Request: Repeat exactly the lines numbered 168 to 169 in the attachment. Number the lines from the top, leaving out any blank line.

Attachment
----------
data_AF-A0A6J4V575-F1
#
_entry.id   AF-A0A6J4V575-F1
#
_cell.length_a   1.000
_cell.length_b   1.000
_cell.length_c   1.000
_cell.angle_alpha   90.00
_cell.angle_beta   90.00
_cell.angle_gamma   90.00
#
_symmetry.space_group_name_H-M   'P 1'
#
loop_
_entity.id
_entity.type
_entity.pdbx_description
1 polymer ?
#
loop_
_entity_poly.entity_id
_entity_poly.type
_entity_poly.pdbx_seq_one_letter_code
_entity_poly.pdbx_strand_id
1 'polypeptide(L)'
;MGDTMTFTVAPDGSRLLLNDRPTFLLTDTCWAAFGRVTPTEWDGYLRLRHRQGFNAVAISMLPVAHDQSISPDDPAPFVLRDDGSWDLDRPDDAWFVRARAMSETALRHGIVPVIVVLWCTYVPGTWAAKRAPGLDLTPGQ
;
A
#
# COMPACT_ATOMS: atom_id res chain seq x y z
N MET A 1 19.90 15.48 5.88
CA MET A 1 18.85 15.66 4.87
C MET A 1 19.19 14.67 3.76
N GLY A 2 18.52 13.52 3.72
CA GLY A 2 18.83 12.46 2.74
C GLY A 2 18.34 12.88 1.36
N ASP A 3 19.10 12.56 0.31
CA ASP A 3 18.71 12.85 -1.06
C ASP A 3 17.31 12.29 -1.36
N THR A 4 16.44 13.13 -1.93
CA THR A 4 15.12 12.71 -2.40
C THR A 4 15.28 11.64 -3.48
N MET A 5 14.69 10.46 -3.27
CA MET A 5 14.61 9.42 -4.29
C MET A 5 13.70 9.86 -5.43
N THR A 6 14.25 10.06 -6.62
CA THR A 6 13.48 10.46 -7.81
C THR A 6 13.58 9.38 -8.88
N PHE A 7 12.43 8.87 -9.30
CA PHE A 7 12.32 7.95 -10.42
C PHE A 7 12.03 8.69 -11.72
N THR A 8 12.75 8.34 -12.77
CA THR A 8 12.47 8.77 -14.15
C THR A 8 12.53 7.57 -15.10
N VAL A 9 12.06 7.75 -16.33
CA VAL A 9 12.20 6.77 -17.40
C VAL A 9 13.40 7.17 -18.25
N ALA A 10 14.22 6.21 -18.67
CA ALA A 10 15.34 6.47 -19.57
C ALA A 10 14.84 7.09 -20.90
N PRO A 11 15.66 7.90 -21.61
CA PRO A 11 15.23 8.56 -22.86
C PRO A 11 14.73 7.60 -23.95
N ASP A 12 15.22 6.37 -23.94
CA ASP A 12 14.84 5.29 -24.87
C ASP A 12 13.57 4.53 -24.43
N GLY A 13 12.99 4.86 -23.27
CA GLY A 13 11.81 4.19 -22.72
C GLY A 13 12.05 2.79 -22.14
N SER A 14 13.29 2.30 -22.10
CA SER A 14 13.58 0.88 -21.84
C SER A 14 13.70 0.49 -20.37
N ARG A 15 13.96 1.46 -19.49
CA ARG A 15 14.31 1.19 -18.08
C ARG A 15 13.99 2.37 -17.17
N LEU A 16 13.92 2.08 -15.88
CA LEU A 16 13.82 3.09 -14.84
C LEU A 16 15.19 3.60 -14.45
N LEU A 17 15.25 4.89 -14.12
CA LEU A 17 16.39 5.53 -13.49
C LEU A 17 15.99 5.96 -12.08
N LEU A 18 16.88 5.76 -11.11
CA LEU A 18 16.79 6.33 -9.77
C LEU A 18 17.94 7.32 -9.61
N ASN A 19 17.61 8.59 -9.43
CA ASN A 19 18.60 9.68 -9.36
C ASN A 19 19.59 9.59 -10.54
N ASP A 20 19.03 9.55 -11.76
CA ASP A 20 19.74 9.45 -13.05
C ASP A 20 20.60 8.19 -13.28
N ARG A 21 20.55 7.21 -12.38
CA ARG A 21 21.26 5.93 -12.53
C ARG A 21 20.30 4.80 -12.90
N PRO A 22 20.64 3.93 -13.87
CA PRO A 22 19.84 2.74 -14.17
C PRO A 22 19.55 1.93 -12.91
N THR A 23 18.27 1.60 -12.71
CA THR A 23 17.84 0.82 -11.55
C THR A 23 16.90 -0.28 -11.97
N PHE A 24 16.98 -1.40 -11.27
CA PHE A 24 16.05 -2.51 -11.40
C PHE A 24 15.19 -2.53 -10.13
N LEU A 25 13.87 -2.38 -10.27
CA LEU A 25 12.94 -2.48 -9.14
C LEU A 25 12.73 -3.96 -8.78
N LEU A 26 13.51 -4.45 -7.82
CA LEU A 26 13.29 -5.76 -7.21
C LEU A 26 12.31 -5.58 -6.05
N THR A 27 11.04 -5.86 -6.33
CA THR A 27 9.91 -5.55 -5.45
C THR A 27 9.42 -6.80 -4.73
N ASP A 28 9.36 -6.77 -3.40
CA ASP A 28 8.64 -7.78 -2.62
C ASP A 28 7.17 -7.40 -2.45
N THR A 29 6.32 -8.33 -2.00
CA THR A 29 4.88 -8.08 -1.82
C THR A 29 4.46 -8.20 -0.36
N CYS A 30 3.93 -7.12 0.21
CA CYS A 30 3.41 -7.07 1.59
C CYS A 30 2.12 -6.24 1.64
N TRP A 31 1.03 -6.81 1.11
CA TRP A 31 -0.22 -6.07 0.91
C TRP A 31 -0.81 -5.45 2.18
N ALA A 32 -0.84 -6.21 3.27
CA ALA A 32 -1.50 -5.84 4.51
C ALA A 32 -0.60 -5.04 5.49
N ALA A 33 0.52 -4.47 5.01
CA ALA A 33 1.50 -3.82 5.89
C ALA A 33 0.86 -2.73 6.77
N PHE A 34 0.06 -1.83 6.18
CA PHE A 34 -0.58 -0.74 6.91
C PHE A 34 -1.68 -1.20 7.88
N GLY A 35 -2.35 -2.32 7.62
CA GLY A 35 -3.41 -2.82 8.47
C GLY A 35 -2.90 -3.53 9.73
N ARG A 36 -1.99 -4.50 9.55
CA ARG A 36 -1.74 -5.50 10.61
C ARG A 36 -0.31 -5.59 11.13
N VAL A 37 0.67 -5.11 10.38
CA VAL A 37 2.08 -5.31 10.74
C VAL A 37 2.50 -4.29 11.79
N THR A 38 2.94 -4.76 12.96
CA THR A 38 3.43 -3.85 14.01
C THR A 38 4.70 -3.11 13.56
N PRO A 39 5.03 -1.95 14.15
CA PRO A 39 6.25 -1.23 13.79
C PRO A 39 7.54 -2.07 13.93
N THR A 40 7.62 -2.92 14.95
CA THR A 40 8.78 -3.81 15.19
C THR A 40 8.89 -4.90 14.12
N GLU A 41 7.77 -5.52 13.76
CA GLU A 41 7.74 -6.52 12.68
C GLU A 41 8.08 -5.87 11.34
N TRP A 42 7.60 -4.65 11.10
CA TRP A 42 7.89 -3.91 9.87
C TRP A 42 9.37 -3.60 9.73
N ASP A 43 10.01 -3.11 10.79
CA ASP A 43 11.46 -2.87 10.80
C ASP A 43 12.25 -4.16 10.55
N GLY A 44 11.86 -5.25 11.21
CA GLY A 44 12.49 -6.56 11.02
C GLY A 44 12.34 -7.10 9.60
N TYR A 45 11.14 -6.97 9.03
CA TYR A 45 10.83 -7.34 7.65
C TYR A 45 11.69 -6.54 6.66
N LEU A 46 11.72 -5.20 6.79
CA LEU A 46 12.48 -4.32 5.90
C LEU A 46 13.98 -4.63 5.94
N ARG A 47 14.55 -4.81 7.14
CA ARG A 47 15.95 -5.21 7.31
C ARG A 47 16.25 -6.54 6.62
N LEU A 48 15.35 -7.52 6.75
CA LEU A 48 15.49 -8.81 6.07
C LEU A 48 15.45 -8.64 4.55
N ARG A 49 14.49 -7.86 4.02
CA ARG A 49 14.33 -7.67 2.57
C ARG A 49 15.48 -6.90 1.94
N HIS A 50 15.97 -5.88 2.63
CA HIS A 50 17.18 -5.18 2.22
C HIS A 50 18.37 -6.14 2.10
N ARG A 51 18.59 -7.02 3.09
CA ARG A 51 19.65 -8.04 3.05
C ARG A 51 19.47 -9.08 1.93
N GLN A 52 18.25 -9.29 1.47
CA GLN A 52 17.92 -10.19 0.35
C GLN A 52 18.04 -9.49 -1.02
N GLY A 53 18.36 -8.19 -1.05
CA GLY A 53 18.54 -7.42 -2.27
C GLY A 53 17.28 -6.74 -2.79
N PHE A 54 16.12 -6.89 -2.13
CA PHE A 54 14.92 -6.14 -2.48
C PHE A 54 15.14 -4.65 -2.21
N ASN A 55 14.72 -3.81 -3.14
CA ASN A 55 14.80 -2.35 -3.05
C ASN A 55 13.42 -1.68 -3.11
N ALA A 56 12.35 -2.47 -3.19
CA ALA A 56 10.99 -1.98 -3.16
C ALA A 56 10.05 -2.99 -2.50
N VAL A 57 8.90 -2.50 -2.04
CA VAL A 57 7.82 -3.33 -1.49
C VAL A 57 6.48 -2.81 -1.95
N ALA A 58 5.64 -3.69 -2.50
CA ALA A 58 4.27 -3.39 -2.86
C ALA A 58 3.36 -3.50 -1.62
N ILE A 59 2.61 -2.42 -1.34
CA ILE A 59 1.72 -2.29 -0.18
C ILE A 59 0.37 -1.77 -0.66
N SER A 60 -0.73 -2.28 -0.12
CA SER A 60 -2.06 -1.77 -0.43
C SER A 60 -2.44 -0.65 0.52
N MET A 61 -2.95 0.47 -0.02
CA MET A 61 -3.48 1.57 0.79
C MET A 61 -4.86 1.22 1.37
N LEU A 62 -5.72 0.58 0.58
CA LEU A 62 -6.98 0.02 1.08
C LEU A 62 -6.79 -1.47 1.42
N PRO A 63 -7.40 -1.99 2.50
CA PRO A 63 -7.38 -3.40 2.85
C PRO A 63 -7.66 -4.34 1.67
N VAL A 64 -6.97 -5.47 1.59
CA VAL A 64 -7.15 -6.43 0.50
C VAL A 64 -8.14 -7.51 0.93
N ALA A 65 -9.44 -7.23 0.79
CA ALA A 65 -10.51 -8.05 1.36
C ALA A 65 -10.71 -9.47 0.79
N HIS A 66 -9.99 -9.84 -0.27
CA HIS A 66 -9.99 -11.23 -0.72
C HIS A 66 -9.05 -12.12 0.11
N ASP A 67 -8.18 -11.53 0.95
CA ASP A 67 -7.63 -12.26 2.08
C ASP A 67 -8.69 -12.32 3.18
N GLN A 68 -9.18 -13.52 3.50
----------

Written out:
C LEU A 46 13.98 -4.63 5.94
N ARG A 47 14.55 -4.81 7.14